Define the NLU Data

In this section:

  • we will introduce a new intent, query_knowledge_base
  • we will to annotate mention entities so that our model detects indirect mentions of objects like “the first one”
  • we will use synonyms extensively

For the bot to understand that the user wants to retrieve information from the knowledge base, you need to define a new intent. We will call it query_knowledge_base.

We can split requests that ActionQueryKnowledgeBase can handle into two categories: (1) the user wants to obtain a list of objects of a specific type, or (2) the user wants to know about a certain attribute of an object. The intent should contain lots of variations of both of these requests:

## intent:query_knowledge_base
- what [restaurants](object_type:restaurant) can you recommend?
- list some [restaurants](object_type:restaurant)
- can you name some [restaurants](object_type:restaurant) please?
- can you show me some [restaurant](object_type:restaurant) options
- list [German](cuisine) [restaurants](object_type:restaurant)
- do you have any [mexican](cuisine) [restaurants](object_type:restaurant)?
- do you know the [price range](attribute:price-range) of [that one](mention)?
- what [cuisine](attribute) is [it](mention)?
- do you know what [cuisine](attribute) the [last one](mention:LAST) has?
- does the [first one](mention:1) have [outside seating](attribute:outside-seating)?
- what is the [price range](attribute:price-range) of [Berlin Burrito Company](restaurant)?
- what about [I due forni](restaurant)?
- can you tell me the [price range](attribute) of [that restaurant](mention)?
- what [cuisine](attribute) do [they](mention) have?
 ...

The above example just shows examples related to the restaurant domain. You should add examples for every object type that exists in your knowledge base to the same query_knowledge_base intent.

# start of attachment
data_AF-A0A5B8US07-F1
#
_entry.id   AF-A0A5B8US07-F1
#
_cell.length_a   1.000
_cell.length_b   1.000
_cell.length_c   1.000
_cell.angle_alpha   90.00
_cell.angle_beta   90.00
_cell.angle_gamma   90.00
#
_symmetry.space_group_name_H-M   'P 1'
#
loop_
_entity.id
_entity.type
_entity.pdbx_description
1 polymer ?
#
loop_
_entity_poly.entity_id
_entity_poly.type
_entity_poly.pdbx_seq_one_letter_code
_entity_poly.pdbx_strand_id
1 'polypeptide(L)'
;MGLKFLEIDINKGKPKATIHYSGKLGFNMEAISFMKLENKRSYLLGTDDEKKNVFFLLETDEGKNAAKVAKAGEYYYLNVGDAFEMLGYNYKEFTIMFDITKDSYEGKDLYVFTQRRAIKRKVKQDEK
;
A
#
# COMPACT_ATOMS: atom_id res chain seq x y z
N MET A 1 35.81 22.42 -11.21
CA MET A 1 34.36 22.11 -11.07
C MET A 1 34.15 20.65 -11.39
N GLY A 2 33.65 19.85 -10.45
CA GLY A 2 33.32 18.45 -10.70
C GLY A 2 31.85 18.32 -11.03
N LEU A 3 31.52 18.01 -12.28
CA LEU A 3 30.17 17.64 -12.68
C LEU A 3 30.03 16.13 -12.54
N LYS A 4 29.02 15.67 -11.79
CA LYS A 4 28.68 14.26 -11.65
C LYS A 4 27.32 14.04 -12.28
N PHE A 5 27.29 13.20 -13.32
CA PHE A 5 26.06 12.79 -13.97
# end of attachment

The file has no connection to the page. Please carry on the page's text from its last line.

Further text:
In addition to adding a variety of training examples for each query type, you need to specify the and annotate the following entities in your training examples:

  • object_type: Whenever a training example references a specific object type from your knowledge base, the object type should be marked as an entity. Use synonyms to map e.g. restaurants to restaurant, the correct object type listed as a key in the knowledge base.
  • mention: If the user refers to an object via “the first one”, “that one”, or “it”, you should mark those terms as mention. We also use synonyms to map some of the mentions to symbols. You can learn about that in resolving mentions.
  • attribute: All attribute names defined in your knowledge base should be identified as attribute in the NLU data. Again, use synonyms to map variations of an attribute name to the one used in the knowledge base.

Remember to add those entities to your domain file (as entities and slots):

entities:
  - object_type
  - mention
  - attribute

slots:
  object_type:
    type: unfeaturized
  mention:
    type: unfeaturized
  attribute:
    type: unfeaturized

Create an Action to Query your Knowledge Base

To create your own knowledge base action, you need to inherit ActionQueryKnowledgeBase and pass the knowledge base to the constructor of ActionQueryKnowledgeBase.

class MyKnowledgeBaseAction(ActionQueryKnowledgeBase):
    def __init__(self):
        knowledge_base = InMemoryKnowledgeBase("data.json")
        super().__init__(knowledge_base)

Whenever you create an ActionQueryKnowledgeBase, you need to pass a KnowledgeBase to the constructor. It can be either an InMemoryKnowledgeBase or your own implementation of a KnowledgeBase (see Creating Your Own Knowledge Base). You can only pull information from one knowledge base, as the usage of multiple knowledge bases at the same time is not supported.

This is the entirety of the code for this action! The name of the action is action_query_knowledge_base. Don’t forget to add it to your domain file:

actions:
- action_query_knowledge_base

Note

If you overwrite the default action name action_query_knowledge_base, you need to add the following three unfeaturized slots to your domain file: knowledge_base_objects, knowledge_base_last_object, and knowledge_base_last_object_type. The slots are used internally by ActionQueryKnowledgeBase. If you keep the default action name, those slots will be automatically added for you.